In most cases, there was a contract dispute with the player, and Topps was unable to produce cards of said players.

In some cases, like the 1967 Topps Nolan Ryan or the 1963 Fleer Pete Rose, it's a matter of a minor league call-up who didn't merit a card.

There are also some HOF players featured on sets when they didn't play (Cobb, Cochrane, Speaker and Walter Johnson on 1956 Topps cards design), and also some Negro league players, for whom a card set was never created for.
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Postby ConnieMack » Thu Jan 08, 2009 9:15 pm

SteveJeltzPhanClub wrote:
philliesphhan wrote:Aside from the Paige one, which I understand why they wouldn't have made that, is there anywhere that says why those other cards weren't produced?


In most cases, there was a contract dispute with the player, and Topps was unable to produce cards of said players.

In some cases, like the 1967 Topps Nolan Ryan or the 1963 Fleer Pete Rose, it's a matter of a minor league call-up who didn't merit a card.

There are also some HOF players featured on sets when they didn't play (Cobb, Cochrane, Speaker and Walter Johnson on 1956 Topps cards design), and also some Negro league players, for whom a card set was never created for.


Jeltz is right, a lot of players were left off some cards, Musial is probably the biggest star, only on Bowmans in 48-53, then no cards from 54 - 57...then Topps 58-63

A little Post war card history

Gum Inc. ( owned by Warren Bowman ) produced Play Ball baseball cards 1939 -41 . WW 2 stopped production. 1948 Gum Inc becomes Bowman Cards and starts securing contracts with players and producing baseball cards.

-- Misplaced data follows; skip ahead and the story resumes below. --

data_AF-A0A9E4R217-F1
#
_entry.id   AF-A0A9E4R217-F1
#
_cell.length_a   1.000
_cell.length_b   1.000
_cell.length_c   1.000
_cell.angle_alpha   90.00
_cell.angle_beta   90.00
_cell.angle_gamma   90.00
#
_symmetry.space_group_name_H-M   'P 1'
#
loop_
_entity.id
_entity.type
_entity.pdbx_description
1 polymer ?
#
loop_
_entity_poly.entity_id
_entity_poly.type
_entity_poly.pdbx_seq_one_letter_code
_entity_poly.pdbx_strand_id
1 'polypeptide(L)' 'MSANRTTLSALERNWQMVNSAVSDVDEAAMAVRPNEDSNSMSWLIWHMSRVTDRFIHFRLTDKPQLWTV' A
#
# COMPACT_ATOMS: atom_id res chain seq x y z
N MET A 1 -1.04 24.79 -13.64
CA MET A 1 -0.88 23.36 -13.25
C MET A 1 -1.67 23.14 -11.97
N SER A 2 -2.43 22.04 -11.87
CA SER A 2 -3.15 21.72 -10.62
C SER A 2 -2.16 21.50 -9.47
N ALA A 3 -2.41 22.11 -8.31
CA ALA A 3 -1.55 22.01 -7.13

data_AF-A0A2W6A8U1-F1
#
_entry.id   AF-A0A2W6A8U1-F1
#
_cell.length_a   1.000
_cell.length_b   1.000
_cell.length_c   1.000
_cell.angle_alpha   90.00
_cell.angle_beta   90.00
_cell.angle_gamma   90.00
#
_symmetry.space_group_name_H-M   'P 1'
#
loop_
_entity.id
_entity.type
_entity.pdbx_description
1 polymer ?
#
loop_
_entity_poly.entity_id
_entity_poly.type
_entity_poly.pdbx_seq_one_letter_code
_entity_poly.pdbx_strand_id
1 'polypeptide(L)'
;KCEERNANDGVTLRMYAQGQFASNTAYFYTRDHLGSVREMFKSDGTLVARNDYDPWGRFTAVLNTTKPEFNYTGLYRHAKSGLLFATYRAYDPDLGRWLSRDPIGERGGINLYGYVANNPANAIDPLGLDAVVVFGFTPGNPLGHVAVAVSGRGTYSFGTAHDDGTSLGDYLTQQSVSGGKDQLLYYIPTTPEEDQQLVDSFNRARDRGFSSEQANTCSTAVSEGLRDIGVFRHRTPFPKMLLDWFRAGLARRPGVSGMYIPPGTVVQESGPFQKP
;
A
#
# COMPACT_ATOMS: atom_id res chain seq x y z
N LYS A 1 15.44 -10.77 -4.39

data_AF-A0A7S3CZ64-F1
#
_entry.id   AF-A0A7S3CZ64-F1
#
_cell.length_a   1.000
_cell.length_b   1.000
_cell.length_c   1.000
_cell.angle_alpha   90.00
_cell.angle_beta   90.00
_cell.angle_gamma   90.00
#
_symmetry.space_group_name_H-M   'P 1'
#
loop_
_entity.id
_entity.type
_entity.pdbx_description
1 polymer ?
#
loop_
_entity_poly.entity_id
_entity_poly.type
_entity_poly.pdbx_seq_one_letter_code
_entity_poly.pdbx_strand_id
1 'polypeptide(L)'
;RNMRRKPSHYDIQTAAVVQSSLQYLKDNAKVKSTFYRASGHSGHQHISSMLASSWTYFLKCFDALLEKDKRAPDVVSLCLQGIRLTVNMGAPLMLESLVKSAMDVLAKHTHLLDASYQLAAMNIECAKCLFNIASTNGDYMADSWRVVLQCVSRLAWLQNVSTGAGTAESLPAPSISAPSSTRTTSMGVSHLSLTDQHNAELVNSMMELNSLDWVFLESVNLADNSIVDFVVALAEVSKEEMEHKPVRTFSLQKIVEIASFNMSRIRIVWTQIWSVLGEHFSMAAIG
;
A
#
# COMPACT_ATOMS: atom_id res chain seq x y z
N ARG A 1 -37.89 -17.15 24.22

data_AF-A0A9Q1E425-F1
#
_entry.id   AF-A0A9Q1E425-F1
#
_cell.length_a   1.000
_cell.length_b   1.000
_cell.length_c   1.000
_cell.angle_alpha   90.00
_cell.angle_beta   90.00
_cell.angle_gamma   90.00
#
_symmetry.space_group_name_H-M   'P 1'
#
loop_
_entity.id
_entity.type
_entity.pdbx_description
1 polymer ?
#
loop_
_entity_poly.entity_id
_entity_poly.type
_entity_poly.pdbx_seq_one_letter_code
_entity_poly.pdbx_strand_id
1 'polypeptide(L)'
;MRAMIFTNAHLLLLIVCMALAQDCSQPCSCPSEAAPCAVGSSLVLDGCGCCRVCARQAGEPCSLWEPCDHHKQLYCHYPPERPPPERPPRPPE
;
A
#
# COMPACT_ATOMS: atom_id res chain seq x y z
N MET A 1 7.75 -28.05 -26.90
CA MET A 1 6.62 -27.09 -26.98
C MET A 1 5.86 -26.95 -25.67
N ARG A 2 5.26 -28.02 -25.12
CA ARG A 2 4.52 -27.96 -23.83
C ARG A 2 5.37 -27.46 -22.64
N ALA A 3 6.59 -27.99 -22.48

Bowman's " exclusive " player contracts make it almost impossible for anyone else to print cards...Leaf Inc tried with one set in 1949.

Topps uses the fact that Bowman's "exclusive" contracts only cover cards distributed with chewing gum to its advantage. The company produces its first sets of baseball cards and distributes them with caramel candy instead of gum in 1951.
Bowman's contracts were 1 or 2 year contracts with the MLB players individually. As the contracts expired, Topps was able to sign many of the star players to market cards with gum.

1952 Topps produced the first set of modern type cards.

A court battle would ensue over this

After a judge initially ruled for Topps, Bowman wins on appeal. In a landmark decision that established an individual's marketing/advertising rights to their own image, the Second Circuit court of appeals sided with Bowman.
Getting a picture of your favorite player during this era often means buying the right brand of cards as many appear in only Bowman or only Topps sets (in fact Stan Musial only appeared on Rawlings "cards" after 1953 until finally appearing on a Topps card in 1958).

As the competition for kids spare change heats up, Bowman decides to produce a full color set - a risky and expensive idea. The company produces some of the most beautiful cards ever in their first series of 1953 and they are the first to use actual color photographs rather than paintings or hand colored black and whites.

Bowman mysterious printed a black and white set later in 1953, rather than a another series of the color cards. It has been conjectured that as the costs of competing and litigating with Topps mounted, they felt the need to cut costs. As yet, no actual proof that this was the reason for the existence of the late '53 B&W set has surfaced and, at this late date, none is likely to emerge.

Topps buys Bowman in 1956 and held exclusive rights to ball cards until 1980
In 1980, however, a court ruled that other companies could produce cards, though they weren't allowed to package their cards with gum. In 1981, Fleer and Donruss produced baseball cards stopping Topps monopoly
Jimmie Foxx " The Beast " 1932
He hit 58 homers and lost as many as seven more to rain-outs . Foxx also slugged .749 with a .469 OBP, 213 hits, 151 runs scored, 169 RBI, 116 walks, and a .364 batting average.
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Postby kruker » Thu Jan 08, 2009 9:37 pm

Nice read. Thanks for that.